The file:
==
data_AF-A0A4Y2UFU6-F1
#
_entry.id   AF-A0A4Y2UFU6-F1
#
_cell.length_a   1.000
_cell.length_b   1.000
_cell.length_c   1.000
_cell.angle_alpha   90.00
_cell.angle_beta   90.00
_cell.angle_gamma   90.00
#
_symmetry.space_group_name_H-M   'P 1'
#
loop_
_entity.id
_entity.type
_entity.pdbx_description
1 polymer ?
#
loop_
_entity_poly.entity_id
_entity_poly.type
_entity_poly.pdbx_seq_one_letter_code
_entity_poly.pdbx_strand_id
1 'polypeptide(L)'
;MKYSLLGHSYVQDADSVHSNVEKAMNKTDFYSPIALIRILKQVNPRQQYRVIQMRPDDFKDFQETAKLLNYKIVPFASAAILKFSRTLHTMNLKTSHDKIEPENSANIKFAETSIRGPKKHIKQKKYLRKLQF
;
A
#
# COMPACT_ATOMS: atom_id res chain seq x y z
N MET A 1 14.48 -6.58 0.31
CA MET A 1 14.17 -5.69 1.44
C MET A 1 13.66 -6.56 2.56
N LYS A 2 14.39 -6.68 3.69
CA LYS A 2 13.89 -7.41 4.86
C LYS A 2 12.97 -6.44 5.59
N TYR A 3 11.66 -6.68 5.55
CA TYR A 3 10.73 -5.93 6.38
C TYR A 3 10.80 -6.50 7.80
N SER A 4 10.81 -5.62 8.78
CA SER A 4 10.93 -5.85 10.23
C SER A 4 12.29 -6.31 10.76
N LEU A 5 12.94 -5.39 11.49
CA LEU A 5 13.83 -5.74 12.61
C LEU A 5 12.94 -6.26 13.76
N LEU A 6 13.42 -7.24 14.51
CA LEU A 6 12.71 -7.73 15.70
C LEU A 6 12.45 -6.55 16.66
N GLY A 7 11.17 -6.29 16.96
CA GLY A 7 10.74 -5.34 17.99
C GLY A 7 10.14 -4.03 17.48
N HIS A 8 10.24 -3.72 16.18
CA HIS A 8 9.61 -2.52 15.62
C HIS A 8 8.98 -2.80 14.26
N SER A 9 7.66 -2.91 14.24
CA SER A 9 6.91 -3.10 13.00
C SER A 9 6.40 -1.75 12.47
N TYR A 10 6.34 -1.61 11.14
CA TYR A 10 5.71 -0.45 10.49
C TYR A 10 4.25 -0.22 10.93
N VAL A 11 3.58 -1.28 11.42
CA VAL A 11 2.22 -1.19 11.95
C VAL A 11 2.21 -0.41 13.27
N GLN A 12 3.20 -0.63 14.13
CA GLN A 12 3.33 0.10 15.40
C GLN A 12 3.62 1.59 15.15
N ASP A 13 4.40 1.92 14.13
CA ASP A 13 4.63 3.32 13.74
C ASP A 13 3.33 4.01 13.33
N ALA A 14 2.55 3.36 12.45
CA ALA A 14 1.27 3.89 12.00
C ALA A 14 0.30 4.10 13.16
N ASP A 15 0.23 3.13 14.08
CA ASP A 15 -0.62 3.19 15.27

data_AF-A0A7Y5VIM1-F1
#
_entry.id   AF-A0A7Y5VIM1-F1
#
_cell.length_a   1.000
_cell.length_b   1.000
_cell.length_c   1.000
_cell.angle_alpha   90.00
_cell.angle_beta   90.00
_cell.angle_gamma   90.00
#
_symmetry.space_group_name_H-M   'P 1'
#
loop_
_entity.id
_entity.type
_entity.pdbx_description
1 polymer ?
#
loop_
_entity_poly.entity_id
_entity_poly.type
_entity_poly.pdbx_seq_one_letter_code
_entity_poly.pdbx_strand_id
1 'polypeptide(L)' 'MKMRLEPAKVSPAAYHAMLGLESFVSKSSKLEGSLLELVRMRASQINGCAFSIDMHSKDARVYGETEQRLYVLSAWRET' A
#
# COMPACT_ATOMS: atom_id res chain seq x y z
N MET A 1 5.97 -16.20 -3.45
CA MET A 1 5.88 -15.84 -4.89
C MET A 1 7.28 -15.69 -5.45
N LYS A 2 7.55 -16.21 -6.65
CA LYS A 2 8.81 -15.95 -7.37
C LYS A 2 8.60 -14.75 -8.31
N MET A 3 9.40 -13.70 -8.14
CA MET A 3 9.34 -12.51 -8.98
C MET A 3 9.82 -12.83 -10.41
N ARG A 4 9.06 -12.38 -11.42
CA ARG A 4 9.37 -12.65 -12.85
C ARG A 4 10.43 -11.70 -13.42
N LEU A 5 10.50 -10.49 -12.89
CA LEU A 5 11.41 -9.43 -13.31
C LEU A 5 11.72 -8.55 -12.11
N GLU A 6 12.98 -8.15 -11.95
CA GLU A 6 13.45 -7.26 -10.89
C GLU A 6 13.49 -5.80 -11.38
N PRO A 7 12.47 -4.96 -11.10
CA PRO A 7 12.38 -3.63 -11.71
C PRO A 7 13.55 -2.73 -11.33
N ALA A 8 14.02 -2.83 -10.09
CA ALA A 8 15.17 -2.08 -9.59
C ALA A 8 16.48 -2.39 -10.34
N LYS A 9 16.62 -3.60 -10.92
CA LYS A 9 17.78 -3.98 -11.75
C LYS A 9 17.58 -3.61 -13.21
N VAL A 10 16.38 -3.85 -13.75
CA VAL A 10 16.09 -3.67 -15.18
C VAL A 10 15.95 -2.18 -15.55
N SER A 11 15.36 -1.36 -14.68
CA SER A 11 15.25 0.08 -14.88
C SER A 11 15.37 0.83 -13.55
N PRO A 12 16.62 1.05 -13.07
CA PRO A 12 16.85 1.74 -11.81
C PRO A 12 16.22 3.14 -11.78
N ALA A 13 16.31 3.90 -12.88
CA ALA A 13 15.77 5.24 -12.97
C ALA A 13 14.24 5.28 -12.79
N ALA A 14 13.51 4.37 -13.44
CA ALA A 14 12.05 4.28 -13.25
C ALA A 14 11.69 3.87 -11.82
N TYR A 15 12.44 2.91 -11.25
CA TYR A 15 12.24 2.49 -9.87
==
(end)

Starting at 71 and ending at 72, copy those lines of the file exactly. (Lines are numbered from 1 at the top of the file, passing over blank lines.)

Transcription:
CA ALA A 14 1.27 3.89 12.00
C ALA A 14 0.30 4.10 13.16